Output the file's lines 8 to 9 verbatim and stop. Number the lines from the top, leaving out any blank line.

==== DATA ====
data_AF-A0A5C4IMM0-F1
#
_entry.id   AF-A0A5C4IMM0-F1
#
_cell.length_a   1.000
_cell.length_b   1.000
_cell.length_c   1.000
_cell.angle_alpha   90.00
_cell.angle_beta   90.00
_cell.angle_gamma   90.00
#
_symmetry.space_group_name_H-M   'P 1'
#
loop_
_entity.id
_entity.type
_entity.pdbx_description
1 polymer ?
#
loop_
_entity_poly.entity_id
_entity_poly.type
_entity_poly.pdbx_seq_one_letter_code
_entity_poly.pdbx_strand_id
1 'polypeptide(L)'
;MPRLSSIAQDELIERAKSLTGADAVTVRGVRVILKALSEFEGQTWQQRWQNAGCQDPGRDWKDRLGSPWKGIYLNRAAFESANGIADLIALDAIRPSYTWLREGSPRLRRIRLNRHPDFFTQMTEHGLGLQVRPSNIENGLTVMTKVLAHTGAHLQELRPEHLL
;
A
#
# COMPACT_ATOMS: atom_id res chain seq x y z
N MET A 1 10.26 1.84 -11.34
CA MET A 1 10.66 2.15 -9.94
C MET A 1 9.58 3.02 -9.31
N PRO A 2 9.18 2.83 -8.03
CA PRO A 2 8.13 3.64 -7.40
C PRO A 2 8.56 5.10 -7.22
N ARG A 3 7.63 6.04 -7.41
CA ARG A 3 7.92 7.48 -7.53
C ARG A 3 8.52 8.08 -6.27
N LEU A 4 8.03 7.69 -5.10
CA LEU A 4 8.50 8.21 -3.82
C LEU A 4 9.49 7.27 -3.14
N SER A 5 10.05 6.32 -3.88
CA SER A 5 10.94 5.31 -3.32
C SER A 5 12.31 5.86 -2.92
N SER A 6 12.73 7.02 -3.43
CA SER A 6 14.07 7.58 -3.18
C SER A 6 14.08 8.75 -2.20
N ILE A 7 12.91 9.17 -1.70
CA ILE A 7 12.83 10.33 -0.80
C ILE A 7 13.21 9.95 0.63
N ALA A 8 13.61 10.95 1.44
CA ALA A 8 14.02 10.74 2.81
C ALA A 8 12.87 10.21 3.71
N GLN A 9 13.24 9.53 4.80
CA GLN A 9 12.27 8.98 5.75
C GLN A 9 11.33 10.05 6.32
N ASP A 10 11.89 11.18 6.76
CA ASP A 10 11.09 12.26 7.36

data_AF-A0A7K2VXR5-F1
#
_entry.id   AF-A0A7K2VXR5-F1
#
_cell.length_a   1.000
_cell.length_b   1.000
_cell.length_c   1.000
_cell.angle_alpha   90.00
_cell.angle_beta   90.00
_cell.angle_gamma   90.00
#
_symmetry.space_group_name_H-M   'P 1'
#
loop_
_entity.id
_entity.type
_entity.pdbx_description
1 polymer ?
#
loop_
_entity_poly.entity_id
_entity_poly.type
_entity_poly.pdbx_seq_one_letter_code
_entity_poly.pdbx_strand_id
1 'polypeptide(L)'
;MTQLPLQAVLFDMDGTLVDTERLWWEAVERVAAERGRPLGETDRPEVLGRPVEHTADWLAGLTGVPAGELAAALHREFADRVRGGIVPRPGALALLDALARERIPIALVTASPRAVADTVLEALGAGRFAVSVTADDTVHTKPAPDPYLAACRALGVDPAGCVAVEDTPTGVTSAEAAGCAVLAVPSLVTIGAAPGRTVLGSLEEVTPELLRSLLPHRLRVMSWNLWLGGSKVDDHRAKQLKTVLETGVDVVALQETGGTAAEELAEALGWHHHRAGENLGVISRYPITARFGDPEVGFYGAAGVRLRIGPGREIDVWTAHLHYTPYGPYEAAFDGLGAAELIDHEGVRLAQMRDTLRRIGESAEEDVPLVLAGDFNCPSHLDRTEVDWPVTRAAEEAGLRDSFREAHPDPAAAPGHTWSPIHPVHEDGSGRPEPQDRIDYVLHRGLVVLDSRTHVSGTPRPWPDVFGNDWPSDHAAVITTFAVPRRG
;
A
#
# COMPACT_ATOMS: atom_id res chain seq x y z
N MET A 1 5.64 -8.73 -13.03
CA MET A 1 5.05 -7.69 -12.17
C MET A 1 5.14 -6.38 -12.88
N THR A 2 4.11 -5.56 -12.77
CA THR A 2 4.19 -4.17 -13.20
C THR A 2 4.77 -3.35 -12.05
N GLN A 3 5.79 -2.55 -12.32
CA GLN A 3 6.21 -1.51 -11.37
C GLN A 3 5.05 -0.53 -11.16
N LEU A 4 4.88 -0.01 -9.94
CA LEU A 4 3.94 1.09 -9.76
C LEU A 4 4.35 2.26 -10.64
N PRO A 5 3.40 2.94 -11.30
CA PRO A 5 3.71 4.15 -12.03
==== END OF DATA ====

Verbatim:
_cell.angle_alpha   90.00
_cell.angle_beta   90.00